On Monday, July 3rd, as I sat in the living room of a house just a bit north of New York City, I pushed the last writing and editing changes to CSS: The Definitive Guide, Fourth Edition and notified the production department at O’Reilly that it was ready.
All twenty chapters, three appendices, and associated front matter are now in their hands.
It’s been a long and difficult journey to get here. Back in 2011-2012, I started updating chapters and releasing them as standalone books, for those who wanted to grab specific topics early. In mid-2013, I had to stop all work on the book, and wasn’t really able to get back into it until mid-2015. At that point, I realized that several new chapters had to be added—for example, when I started out on this edition, Flexbox and Grid were pie-in-the-sky ideas that might or might not come to pass. Feature queries weren’t a thing, back then. Filters and masks and blend modes were single-browser at best, when I started out. And forget about really complex list counters.
Now all those topics (and more!) have chapters, or at least major sections. Had I not been delayed two years, those topics might not have made it into the fourth edition. Instead, they’re in there, and this edition may well end up twice as long as the previous edition.
I also might not have brought on a co-author, the inestimable Estelle Weyl. If not for her contribution in new material and her close, expert review of the chapters I’d already written, this book might have been another year in the making. The Guide was always my baby, but I couldn’t be happier that I decided to share it with Estelle, nor prouder that her name will be on the cover with mine.
Speaking of major changes, I probably wouldn’t have learned AsciiDoc, nor adopted Atom as an authoring environment (I still use BBEdit for heavy-lift text processing, as well as most of my coding). O’Reilly used to be a “give us your Word docs!” shop like everyone else, but that toolchain doesn’t really exist any more, from what I can tell. In fact, the first few chapters I’d given them were in Word. When I finally returned to writing, they had to give me those chapters back as AsciiDoc exports, so I could make updates and push them to O’Reilly’s internal repository. The files I created to create figures in the book went into their own public repository, which I’ll get to reorganizing once the text is all settled and the figure numbers are locked in. (Primary to do: create chapter lists of figures, linked to the specific files that were used to create those figures. Secondary to do: clean up the cruft.)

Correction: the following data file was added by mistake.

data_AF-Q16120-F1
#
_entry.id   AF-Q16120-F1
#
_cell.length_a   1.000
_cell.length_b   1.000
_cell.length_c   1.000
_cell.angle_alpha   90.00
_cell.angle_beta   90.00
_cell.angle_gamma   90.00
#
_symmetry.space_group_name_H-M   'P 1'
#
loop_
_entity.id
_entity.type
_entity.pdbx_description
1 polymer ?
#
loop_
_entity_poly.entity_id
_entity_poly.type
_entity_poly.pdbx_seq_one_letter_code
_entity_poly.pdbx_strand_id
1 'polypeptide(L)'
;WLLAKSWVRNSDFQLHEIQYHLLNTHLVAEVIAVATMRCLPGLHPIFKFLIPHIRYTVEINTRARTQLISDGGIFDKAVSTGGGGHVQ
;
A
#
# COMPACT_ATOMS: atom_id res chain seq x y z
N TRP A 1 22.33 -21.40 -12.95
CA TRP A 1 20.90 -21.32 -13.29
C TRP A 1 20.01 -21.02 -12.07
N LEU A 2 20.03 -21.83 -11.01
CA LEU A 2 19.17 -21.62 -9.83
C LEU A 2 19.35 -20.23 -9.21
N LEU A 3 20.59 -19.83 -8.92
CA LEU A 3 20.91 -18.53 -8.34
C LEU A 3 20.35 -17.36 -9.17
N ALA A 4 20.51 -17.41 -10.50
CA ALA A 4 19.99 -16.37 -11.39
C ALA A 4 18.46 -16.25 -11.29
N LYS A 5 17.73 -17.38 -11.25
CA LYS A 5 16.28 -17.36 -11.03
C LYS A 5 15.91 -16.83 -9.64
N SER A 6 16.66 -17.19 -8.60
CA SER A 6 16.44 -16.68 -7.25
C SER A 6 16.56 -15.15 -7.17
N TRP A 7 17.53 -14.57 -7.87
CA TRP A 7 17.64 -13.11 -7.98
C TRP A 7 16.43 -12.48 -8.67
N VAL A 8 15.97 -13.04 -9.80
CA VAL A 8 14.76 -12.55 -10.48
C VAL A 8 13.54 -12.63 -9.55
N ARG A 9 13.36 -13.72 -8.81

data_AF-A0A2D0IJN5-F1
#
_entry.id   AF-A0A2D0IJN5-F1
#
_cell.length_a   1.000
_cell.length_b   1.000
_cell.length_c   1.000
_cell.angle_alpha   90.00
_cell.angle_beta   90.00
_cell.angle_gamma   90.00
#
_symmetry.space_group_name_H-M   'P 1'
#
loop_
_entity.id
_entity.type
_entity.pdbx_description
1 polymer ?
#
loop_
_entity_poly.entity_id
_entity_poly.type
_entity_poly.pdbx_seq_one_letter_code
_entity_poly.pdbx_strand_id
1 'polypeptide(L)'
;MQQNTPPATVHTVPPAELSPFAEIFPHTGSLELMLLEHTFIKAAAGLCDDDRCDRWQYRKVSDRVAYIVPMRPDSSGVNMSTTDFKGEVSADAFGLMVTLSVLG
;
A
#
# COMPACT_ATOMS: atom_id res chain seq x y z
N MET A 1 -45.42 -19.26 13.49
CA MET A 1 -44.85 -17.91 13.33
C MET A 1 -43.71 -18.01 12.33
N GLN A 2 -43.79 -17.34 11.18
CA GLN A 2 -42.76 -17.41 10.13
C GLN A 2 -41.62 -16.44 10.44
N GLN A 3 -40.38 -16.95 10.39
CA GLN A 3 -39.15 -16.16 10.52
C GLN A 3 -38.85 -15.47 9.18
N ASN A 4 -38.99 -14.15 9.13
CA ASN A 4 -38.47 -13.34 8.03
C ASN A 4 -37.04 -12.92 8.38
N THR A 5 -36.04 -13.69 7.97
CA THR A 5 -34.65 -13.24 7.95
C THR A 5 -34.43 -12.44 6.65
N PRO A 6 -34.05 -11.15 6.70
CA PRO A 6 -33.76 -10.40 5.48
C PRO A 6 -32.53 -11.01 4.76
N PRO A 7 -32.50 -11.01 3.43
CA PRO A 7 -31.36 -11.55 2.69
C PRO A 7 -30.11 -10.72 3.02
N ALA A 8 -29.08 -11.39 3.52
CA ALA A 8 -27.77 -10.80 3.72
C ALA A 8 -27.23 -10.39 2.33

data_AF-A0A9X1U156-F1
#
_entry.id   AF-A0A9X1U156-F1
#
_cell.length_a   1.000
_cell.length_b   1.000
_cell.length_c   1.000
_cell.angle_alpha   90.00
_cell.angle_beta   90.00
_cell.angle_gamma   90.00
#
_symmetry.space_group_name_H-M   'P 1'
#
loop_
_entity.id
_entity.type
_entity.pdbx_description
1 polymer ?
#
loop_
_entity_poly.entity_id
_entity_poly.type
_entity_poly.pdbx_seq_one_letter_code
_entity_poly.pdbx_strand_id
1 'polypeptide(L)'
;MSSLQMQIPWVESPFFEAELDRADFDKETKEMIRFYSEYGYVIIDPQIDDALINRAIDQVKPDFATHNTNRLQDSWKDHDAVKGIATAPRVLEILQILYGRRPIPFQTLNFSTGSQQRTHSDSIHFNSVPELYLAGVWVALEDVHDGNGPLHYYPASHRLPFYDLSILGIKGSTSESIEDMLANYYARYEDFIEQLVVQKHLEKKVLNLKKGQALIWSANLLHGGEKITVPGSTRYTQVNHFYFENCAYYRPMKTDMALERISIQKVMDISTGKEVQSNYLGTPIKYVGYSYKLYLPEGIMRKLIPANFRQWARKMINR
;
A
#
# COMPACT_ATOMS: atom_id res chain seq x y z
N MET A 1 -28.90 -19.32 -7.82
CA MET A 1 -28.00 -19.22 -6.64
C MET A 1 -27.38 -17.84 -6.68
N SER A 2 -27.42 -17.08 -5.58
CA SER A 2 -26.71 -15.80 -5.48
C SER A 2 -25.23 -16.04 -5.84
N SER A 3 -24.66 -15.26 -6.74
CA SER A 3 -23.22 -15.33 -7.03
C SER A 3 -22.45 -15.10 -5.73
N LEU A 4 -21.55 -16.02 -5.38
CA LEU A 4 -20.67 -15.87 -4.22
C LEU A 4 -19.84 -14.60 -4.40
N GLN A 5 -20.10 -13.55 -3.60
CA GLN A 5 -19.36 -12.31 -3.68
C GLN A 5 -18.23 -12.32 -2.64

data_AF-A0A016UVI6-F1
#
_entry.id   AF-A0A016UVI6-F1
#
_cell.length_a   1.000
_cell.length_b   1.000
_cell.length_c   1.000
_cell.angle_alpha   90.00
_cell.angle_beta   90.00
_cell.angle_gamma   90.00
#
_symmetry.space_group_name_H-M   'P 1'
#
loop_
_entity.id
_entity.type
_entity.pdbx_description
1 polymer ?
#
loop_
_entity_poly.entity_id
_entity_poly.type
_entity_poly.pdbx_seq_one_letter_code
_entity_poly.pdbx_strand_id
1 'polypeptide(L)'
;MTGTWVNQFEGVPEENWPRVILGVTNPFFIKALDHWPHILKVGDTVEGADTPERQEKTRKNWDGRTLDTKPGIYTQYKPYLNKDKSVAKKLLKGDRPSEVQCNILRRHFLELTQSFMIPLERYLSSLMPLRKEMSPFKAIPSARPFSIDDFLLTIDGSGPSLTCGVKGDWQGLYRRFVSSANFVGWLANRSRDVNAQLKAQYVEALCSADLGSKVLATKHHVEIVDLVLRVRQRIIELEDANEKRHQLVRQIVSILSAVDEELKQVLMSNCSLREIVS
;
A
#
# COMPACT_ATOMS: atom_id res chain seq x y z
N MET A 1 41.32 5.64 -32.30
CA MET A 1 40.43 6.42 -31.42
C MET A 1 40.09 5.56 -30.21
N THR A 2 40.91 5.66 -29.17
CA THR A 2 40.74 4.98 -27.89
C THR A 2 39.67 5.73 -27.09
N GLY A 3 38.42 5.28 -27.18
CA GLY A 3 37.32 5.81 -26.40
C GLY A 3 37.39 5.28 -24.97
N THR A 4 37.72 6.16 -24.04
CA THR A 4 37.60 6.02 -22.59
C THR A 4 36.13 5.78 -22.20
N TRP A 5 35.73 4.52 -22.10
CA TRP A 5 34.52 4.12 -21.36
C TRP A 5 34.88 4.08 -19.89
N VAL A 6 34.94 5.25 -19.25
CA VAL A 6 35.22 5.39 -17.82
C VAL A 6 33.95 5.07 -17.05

As of this moment, the table of contents is:
- CSS and Documents
- Specificity and the Cascade
- Values, Units, and Colors
- Text Properties
- Basic Visual Formatting
- Padding, Borders, Outlines, and Margins
- Colors, Backgrounds, and Gradients
- Floating and Shapes
- Flexible Box Layout
- Grid Layout
- Table Layout in CSS
- Lists and Generated Content
- Filters, Blending, Clipping, and Masking
- Media-Dependent Styling
- Appendix A: Animatable Properties
- Appendix B: Basic Property Reference
- Appendix C: Color Equivalence Table
Disclaimer: the ordering and titles could potentially change, though I have no expectation of either.
I don’t have a specific timeline for release as yet, but as soon as I get one, I’ll let everyone know in a post here, as well as the usual channels. I expect it to be relatively speedy, like the next couple of months. Once production does their thing, we’ll get it through the QC process—checking to make sure the figures are in the right places and sizes, making sure no syntax formatting got borked, that kind of thing—and then it’ll be a matter of getting it out the door.
And just in case anyone saw there was news about O’Reilly’s change in distribution and is wondering what that means: you can still buy the paper book or the e-book from your favorite retailer, whether that’s Amazon or someone else. You just won’t be able to buy direct from O’Reilly any more, except in the sense that subscribing to their Safari service gives you access to the e-book. That does mean a tiny bit less in royalties for me and Estelle, since direct paper sales were always the highest earners. Then again, hardly anyone ever bought their paper copies direct from O’Reilly, so honestly, the difference will be negligible. I might’ve been able to buy an extra cup of coffee or two, if I drank coffee.
It feels…well, honestly, it feels weird to have finally reached this point, after such a long time. I wish I’d gotten here sooner for a whole host of reasons, but this is where we are, and regardless of anything else, I’m proud of what Estelle and I have created. I’m really looking forward to getting into your hands.